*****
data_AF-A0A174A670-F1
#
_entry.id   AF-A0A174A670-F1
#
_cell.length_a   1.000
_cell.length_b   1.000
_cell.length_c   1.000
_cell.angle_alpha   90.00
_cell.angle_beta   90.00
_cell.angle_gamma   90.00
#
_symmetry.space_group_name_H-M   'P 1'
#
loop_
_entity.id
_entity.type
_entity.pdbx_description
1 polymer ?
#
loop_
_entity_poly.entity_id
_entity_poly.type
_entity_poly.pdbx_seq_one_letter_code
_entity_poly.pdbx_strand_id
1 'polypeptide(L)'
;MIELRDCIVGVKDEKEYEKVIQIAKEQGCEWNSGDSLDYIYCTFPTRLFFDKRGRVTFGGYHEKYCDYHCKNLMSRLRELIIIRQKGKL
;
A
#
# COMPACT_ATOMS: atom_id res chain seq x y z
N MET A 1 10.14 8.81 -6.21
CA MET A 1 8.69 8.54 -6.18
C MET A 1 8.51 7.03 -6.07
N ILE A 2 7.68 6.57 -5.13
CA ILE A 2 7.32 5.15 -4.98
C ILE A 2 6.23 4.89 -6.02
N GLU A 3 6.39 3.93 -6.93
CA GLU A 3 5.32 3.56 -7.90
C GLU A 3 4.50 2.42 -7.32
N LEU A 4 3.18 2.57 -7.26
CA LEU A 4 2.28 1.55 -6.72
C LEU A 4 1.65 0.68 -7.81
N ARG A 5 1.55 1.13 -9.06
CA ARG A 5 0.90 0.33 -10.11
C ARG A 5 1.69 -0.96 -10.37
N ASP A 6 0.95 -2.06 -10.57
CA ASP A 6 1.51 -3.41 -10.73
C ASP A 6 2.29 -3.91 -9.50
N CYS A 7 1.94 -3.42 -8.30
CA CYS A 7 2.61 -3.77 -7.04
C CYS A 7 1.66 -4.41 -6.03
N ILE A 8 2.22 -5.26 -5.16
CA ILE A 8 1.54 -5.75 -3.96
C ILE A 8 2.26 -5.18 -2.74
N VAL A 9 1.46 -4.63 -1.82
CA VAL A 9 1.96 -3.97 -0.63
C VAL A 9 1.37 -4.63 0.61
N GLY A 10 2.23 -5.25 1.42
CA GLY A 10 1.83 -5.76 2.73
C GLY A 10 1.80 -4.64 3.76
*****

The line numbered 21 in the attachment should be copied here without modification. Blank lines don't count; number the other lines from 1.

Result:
_entity_poly.entity_id